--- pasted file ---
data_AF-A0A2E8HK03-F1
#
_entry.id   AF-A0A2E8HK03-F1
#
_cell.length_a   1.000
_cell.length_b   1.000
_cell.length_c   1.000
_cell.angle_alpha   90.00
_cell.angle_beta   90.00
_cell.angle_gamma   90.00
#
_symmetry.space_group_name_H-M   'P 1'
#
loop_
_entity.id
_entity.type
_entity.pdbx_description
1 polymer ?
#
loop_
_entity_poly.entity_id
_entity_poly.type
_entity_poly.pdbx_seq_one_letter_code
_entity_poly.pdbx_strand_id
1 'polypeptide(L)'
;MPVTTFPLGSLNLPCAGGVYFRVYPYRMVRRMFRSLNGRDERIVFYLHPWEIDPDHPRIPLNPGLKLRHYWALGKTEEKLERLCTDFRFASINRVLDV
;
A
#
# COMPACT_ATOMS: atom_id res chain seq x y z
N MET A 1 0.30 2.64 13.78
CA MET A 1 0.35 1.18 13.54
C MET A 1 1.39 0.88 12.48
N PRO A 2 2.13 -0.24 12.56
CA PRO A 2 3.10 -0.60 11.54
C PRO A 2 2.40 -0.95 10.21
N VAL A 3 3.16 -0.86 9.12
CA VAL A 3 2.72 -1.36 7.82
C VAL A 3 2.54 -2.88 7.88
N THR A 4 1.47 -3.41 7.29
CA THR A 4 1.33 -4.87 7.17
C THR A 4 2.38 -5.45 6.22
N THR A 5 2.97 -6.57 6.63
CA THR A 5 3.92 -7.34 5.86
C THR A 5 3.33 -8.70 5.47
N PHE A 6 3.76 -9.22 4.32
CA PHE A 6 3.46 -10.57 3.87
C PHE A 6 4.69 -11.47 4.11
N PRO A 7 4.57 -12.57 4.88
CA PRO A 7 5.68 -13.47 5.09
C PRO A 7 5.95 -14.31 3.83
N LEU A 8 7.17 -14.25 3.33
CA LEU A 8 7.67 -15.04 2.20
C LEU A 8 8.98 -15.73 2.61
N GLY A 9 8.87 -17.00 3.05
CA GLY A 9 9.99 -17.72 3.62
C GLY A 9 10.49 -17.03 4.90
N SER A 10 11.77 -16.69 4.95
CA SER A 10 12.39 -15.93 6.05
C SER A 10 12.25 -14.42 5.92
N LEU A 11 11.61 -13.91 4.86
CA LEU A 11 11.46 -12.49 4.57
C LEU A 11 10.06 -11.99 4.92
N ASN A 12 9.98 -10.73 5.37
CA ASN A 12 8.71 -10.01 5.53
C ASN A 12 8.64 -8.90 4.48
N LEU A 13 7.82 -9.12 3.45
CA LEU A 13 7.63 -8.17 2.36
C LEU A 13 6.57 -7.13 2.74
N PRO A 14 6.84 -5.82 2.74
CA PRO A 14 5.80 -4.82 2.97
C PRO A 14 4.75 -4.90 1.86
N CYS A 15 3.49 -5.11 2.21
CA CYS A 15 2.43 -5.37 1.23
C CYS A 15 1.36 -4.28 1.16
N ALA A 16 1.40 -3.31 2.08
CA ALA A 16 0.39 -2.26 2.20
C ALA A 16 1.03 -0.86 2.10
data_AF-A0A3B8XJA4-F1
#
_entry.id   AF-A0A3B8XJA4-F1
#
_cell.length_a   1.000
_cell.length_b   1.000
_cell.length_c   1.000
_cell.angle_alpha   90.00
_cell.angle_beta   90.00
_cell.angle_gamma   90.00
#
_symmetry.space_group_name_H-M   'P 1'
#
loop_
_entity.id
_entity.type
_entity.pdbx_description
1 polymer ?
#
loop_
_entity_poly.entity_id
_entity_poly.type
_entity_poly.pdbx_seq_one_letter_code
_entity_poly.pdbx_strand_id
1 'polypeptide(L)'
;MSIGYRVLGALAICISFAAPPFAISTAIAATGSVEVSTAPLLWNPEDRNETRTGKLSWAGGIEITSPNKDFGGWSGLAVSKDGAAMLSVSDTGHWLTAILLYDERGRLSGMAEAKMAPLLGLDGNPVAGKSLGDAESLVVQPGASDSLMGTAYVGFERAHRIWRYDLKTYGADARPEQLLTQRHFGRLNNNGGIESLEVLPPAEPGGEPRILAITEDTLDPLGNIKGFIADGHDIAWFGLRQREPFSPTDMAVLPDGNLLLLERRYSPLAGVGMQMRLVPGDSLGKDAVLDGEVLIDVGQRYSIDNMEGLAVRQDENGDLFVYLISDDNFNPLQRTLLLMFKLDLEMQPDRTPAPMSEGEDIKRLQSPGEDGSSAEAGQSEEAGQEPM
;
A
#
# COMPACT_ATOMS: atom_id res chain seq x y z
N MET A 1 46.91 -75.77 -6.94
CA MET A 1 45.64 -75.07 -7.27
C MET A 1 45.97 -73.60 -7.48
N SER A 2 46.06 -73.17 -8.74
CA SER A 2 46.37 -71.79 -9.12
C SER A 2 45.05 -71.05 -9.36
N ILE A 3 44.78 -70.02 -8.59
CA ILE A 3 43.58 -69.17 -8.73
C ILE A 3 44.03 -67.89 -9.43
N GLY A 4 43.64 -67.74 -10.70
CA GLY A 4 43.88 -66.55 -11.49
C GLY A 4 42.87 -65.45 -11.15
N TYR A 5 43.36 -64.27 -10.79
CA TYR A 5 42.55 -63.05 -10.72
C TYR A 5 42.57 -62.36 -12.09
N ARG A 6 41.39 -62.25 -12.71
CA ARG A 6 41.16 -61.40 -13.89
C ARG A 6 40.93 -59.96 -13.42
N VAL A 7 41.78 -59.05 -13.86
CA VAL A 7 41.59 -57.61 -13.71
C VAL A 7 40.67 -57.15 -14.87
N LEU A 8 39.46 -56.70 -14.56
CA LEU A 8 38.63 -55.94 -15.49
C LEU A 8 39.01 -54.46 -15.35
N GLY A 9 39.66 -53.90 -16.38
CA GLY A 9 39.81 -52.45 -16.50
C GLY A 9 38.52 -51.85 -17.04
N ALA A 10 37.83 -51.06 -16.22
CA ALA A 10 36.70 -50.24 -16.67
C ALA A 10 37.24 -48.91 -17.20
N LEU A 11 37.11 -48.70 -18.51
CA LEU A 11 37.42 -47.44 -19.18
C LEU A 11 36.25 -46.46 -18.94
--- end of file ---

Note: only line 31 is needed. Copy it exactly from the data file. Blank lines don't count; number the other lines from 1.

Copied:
N MET A 1 0.30 2.64 13.78